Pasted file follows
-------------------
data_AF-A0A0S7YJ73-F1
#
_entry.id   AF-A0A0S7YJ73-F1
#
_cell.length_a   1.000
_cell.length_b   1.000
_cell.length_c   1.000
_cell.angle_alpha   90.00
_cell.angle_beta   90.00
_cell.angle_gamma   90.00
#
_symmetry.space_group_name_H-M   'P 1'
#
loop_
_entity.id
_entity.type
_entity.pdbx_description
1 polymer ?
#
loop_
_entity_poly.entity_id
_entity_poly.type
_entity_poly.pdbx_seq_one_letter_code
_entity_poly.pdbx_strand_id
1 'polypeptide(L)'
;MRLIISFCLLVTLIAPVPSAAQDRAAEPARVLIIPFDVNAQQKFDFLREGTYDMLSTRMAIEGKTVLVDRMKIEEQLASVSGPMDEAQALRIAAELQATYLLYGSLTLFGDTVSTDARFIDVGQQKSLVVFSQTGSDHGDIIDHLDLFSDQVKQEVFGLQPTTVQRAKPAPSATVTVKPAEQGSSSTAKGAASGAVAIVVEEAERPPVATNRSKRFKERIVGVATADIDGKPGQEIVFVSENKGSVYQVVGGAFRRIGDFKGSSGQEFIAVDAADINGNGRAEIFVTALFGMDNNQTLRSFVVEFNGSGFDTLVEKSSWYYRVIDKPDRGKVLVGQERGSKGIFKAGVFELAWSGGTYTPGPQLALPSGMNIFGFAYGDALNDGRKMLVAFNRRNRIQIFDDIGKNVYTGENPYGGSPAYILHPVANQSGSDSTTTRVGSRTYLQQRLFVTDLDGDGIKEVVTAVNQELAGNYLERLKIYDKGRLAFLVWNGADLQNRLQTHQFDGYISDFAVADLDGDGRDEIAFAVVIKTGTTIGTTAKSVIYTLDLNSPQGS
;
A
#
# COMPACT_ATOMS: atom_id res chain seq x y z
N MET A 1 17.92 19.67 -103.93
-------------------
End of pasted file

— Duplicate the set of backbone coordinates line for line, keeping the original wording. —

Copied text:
data_AF-A0A0S7YJ73-F1
#
_entry.id   AF-A0A0S7YJ73-F1
#
_cell.length_a   1.000
_cell.length_b   1.000
_cell.length_c   1.000
_cell.angle_alpha   90.00
_cell.angle_beta   90.00
_cell.angle_gamma   90.00
#
_symmetry.space_group_name_H-M   'P 1'
#
loop_
_entity.id
_entity.type
_entity.pdbx_description
1 polymer ?
#
loop_
_entity_poly.entity_id
_entity_poly.type
_entity_poly.pdbx_seq_one_letter_code
_entity_poly.pdbx_strand_id
1 'polypeptide(L)'
;MRLIISFCLLVTLIAPVPSAAQDRAAEPARVLIIPFDVNAQQKFDFLREGTYDMLSTRMAIEGKTVLVDRMKIEEQLASVSGPMDEAQALRIAAELQATYLLYGSLTLFGDTVSTDARFIDVGQQKSLVVFSQTGSDHGDIIDHLDLFSDQVKQEVFGLQPTTVQRAKPAPSATVTVKPAEQGSSSTAKGAASGAVAIVVEEAERPPVATNRSKRFKERIVGVATADIDGKPGQEIVFVSENKGSVYQVVGGAFRRIGDFKGSSGQEFIAVDAADINGNGRAEIFVTALFGMDNNQTLRSFVVEFNGSGFDTLVEKSSWYYRVIDKPDRGKVLVGQERGSKGIFKAGVFELAWSGGTYTPGPQLALPSGMNIFGFAYGDALNDGRKMLVAFNRRNRIQIFDDIGKNVYTGENPYGGSPAYILHPVANQSGSDSTTTRVGSRTYLQQRLFVTDLDGDGIKEVVTAVNQELAGNYLERLKIYDKGRLAFLVWNGADLQNRLQTHQFDGYISDFAVADLDGDGRDEIAFAVVIKTGTTIGTTAKSVIYTLDLNSPQGS
;
A
#
# COMPACT_ATOMS: atom_id res chain seq x y z
N MET A 1 17.92 19.67 -103.93